What is the difference between having WWW or HTTP in the URL? And what is the big deal with HTTPS? Do I even need a WWW in the URL at all? All of these questions are confusing and we are here to set the record straight.
Do we need WWW in the URL at all? No. WWW is not required for your website or to travel through the web. Whether or not you type in WWW into the search bar, you will still be taken to your desired web location. On the other hand, HTTP/HTTPS is required unless you are using QUIC or IPFS which are newer and much less common. Of the billion websites on the internet, most of are utilizing HTTP and HTTPS protocols.
The internet expands everyday with more files, more data, and more websites being created. In order to get to your destination, you need a sophisticated address (URL) system. Let’s explore which parts of the URL are essential and what their function is.
WWW vs HTTP in the URL
Do we need to type WWW and HTTP in the URL? Is one more important than the other. These are all great questions and ones that aren’t always clear. Let’s clear it up.
Both of these neighbors (WWW and HTTP) are part of the URL anatomy. They are components of a web address.
Web addresses have an “anatomy”. Each part serves a slightly different purpose.
Anatomy of a URL
- URL: Uniform Resource Locator or “web address” is an address that navigates to a specific resource (web pages, images, videos, sound files, directories, files etc). The URL is an address and Google (search engine) is like a GPS.
- Protocol: The protocol (also known as scheme) is an identifier that tells the internet how to fetch the resource. A HTTPS would fetch a hypertext page (web page) whereas mail.buildstrong.com would fetch mail form a server (more on this below).
- Subdomain: Subdomains aren’t necessary in the URL, they are optional. They are used to to indicate different content on a site. Subdomains may be useful for search engines to help organize your website into purposes or categories. www.buildstrongmarketing.com indicates a webpage whereas maps.buildstrongmarketing.com would indicate map.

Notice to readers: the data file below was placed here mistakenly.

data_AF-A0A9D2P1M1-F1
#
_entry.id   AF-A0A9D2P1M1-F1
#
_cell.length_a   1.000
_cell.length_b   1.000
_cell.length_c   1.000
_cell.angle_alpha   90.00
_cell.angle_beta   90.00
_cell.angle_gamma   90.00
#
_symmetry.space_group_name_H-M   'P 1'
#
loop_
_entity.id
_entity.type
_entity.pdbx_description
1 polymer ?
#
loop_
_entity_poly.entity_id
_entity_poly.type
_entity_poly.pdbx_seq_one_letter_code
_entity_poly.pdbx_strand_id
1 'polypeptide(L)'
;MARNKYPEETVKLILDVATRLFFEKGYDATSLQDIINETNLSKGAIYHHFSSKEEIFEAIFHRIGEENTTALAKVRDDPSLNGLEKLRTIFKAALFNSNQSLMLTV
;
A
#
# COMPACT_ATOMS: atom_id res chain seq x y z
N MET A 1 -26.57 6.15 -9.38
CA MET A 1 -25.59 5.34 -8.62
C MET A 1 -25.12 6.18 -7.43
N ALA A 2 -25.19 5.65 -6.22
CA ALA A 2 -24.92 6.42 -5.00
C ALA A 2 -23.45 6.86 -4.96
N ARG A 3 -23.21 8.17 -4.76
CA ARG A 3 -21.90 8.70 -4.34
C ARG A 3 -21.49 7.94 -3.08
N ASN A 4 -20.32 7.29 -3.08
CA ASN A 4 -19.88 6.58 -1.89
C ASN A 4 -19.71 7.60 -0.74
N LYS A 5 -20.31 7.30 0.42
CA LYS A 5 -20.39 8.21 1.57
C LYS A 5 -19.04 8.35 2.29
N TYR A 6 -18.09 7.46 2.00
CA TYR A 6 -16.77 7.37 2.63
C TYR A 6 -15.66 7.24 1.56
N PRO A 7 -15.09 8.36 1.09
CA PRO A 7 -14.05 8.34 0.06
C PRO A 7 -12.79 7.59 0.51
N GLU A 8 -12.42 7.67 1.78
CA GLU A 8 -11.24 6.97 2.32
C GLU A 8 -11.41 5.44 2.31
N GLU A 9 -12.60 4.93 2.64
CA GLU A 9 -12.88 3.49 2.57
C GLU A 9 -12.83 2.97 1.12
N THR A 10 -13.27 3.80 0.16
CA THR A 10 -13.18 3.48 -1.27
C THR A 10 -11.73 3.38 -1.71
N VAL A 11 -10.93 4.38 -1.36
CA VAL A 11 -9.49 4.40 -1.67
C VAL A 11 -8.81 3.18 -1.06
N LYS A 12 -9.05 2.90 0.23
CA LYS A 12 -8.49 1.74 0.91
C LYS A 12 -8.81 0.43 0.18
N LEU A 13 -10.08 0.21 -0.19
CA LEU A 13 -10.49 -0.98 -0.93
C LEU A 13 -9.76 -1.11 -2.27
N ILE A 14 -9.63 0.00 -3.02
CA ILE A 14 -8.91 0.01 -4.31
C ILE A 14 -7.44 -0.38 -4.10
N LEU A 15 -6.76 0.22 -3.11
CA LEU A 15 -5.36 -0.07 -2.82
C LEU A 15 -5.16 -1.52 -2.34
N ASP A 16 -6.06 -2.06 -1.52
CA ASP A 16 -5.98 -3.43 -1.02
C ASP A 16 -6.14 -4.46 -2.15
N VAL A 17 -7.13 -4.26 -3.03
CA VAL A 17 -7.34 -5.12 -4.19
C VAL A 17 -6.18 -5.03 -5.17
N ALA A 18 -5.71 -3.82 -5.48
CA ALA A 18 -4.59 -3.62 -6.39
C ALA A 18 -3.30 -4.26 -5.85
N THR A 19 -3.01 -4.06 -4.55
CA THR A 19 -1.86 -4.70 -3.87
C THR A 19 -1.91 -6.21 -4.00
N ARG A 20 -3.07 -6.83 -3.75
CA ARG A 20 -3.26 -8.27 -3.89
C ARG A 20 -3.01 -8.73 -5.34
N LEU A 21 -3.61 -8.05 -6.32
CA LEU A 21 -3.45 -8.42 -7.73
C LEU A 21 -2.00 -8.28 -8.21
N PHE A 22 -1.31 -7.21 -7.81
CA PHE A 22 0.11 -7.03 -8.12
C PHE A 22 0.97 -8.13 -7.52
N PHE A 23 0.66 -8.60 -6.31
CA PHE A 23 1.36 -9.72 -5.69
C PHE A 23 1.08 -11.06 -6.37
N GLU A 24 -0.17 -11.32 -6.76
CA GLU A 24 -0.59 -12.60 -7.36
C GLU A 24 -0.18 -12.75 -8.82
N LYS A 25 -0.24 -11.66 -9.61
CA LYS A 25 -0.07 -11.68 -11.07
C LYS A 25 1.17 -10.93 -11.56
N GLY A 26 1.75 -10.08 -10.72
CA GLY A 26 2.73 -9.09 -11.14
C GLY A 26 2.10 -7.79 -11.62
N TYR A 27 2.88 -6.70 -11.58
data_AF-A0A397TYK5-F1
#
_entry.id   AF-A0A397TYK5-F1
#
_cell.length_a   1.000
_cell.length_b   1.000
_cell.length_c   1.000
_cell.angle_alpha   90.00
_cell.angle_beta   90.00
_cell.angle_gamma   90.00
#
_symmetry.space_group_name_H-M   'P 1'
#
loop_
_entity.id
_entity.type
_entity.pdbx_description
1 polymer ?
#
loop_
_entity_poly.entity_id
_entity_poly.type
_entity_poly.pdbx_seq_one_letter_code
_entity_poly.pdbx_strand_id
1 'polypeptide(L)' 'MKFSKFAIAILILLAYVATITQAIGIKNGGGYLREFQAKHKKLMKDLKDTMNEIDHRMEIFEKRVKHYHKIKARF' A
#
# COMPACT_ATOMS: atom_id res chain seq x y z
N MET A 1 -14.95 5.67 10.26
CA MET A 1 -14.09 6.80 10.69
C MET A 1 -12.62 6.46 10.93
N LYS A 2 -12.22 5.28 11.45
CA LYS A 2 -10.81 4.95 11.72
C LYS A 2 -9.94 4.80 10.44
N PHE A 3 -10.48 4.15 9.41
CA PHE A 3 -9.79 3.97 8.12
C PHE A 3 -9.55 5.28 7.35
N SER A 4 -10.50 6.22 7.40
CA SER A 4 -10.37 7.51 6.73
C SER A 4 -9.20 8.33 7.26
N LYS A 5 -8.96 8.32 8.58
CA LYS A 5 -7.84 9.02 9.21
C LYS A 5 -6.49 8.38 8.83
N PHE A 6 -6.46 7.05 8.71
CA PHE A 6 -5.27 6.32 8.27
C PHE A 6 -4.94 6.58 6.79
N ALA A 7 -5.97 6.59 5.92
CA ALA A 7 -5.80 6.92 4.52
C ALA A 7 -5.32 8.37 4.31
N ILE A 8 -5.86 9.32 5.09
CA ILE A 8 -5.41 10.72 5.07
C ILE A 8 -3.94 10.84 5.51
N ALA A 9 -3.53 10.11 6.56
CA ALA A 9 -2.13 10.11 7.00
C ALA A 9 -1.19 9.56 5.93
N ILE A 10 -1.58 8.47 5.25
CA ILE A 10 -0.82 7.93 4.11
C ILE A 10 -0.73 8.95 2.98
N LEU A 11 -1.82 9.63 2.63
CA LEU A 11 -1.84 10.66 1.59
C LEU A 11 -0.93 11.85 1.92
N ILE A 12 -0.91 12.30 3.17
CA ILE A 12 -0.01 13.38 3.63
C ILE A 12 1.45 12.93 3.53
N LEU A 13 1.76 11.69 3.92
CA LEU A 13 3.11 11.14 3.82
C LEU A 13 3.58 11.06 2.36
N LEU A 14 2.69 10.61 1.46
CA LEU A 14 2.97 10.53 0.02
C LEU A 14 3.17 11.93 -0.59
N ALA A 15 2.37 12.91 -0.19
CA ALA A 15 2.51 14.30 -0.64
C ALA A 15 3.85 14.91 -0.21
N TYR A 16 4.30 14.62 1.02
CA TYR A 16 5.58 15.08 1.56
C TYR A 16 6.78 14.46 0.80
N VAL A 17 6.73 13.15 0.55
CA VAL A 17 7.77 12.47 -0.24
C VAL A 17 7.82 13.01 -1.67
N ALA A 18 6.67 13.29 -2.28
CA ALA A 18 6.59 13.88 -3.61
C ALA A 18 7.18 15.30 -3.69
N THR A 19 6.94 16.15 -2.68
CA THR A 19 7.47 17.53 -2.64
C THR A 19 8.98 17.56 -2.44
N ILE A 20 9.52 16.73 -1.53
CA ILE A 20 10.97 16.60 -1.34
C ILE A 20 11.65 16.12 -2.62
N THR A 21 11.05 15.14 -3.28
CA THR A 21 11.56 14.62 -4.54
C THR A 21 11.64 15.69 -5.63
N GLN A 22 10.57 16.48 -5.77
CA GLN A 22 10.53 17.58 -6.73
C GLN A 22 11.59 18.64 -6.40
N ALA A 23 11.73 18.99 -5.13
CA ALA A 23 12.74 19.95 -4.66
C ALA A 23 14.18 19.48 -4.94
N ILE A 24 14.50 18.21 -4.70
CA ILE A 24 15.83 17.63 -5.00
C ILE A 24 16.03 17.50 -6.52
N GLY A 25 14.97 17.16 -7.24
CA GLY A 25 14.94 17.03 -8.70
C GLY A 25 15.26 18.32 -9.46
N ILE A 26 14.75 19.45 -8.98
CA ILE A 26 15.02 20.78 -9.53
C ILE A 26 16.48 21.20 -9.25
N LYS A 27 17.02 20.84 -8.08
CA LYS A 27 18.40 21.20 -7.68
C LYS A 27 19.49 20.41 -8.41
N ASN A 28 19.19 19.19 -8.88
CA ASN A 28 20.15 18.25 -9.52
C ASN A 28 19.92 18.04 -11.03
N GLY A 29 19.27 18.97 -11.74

- Domain: This is the part of the URL that indicates an IP location. Webpages and files have locations and the domain tells the browser where to go.
- Top Level Domain: TLD’s help to clarify the expected content on a site. A .COM would indicate a standard website whereas a .GOV would indicate a government website. TLD’s like .COM or .NET are accessible to everyone, whereas TLD’s like .EDU or .GOV require authentication. It’s like visiting a friend at their home and seeing APT 105 at the end of their address. You’d expect to arrive at an apartment and not a University. For more information on choosing the best TLD’s, check out our domain extension article.
- Path: A path or “subdirectory” help to organize different areas of the site. While subdomains at one point were used for this purpose, creating paths are cleaner and easier for search engines to crawl your website and understand what your content is about. If you have a cooking website and you create paths such as /recipes, /cookbooks, /utensils, or /ingredient-lists, search engines will have a very good idea how your site is organized and what your site is about: cooking!
Now that you know what the different elements in a URL are for, let’s dig a little deeper into the HTTP(S)/WWW discussion.
What is HTTP?
HTTP or HyperText Transfer Protocol is a core standard for how the internet is controlled and commanded. There are really two main standards: HTTP and HTML. Because these terms look alike, it’s easy to get confused on which is doing what. To understand HTTP, we must first understand HTML. They are brothers from another mother.
I know I was super confused at one point what any of these web acronyms were. And then a friend much smarter than me explained the details. Here is what you need to know:
The story behind HTML
The internet requires specific languages because all the data is transmitted by computers (machines) and not humans. When you are typing words into your blog or website, your website needs to structure those words in a format that can be transmitted. This structuring of your webpage is called HTML.
HTML takes your normal text and converts into hypertext for other computers to read it correctly. HTML is great because it allows you to create great looking webpages that you know will display correctly on a computer half way around the world.
If we didn’t have a standard protocol for displaying webpages like HTML, everyone’s computer would be left to their own devices—not good. Everyone’s websites would look completely different based on the computer they were viewing it on. We’d have zero confidence in our websites performing well.
With HTML standardizing the way websites look, we need a way to transmit that website properly. Consider it like the a successful hand-off in Football or Rugby.
Your website data (images, text, style, videos, etc) are stored on a server. Think “Go Daddy”. And all that data makes up your website. Some of that data is structured to make pages or posts (HTML) and it all of it needs to be transferred the right way.
Imagine if you wrote a book and told your best friend Becky to return to your other friend Dave; only to find out Becky returned it with all the pages ripped out. The pages all still look fine, but the transfer was a MESS. Well my friends, that’s why we need HTTP.
The story behind HTTP